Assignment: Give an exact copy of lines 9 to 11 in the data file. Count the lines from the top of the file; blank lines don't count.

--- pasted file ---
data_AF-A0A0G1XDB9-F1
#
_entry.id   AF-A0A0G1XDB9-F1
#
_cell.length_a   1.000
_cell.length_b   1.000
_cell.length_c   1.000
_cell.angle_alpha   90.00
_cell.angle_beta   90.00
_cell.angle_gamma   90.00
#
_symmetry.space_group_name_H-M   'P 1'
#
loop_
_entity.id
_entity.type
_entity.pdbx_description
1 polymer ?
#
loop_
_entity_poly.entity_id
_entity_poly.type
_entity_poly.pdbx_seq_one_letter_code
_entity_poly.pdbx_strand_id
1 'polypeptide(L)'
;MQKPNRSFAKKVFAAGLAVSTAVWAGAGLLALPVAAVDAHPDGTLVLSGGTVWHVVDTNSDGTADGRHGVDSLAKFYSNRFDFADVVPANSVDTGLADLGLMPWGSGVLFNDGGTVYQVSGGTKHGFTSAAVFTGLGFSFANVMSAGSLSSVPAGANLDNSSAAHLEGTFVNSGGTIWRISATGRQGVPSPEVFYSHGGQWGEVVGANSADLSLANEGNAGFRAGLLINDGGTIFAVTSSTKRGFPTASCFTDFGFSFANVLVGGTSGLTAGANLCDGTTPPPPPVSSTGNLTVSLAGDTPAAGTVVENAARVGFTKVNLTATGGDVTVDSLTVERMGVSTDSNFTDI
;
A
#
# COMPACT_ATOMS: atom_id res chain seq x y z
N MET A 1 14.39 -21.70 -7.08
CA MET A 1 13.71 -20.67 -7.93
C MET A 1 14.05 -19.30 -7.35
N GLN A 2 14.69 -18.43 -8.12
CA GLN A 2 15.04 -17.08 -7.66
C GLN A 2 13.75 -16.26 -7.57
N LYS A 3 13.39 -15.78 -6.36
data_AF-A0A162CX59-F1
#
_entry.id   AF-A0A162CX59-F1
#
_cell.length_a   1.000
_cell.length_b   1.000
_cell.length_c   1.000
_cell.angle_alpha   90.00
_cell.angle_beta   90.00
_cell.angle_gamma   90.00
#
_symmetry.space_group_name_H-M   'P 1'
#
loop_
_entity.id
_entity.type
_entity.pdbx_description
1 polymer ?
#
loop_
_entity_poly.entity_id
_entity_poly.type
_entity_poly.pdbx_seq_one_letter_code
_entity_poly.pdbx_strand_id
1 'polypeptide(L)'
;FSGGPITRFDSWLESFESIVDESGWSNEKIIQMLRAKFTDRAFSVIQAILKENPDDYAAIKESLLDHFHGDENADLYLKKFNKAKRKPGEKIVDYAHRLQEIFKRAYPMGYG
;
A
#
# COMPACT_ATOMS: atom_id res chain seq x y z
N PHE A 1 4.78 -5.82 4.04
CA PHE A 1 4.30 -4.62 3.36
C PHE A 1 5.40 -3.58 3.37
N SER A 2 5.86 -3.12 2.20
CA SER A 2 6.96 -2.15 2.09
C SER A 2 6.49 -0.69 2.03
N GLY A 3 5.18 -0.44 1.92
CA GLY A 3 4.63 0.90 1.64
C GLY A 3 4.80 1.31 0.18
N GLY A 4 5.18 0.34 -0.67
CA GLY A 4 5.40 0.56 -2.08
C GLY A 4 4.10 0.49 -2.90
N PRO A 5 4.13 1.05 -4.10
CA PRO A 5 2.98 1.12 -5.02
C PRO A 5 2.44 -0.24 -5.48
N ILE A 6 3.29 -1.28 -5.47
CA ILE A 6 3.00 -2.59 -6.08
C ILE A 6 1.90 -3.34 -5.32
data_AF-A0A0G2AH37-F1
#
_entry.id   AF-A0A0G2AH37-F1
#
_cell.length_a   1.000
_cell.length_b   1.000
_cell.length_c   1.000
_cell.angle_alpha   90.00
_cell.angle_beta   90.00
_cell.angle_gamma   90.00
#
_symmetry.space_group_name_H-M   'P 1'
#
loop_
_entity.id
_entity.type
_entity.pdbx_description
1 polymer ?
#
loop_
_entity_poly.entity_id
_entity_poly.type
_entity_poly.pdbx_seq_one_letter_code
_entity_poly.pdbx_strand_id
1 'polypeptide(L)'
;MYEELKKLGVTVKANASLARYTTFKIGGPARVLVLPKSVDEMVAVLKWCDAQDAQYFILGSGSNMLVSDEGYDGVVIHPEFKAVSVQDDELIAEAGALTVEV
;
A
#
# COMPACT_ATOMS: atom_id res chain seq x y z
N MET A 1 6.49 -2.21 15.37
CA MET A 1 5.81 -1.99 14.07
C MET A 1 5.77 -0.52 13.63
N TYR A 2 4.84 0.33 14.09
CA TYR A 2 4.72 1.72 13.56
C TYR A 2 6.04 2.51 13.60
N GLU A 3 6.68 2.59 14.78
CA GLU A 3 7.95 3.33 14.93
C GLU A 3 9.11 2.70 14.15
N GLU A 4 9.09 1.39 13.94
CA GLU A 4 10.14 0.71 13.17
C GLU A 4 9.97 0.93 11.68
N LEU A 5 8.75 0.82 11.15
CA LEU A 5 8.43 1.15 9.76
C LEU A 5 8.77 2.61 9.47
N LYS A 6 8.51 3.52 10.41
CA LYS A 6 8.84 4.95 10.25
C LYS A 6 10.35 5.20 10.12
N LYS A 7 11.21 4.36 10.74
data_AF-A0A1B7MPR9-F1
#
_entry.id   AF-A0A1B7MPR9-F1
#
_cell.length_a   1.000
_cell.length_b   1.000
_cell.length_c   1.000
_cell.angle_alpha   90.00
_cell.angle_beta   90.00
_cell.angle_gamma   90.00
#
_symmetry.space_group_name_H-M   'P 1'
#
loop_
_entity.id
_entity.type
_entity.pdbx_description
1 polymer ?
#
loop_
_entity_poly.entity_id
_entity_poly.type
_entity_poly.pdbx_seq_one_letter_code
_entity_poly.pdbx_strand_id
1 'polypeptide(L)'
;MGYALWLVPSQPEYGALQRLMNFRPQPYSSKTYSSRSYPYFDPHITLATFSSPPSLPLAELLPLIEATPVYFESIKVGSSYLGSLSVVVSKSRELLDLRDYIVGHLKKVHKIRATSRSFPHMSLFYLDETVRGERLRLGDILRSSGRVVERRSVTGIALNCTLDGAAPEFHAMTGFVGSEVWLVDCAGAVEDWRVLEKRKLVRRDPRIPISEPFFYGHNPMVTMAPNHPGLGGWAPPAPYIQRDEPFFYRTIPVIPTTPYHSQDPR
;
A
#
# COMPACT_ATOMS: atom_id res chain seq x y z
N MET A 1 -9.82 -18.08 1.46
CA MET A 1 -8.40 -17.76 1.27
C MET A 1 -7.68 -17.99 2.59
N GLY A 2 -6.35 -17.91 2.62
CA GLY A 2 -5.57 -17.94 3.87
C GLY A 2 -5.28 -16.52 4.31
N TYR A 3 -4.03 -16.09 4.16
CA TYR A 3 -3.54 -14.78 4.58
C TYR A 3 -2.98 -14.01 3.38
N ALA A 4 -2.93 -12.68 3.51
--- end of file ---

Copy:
_cell.angle_beta   90.00
_cell.angle_gamma   90.00
#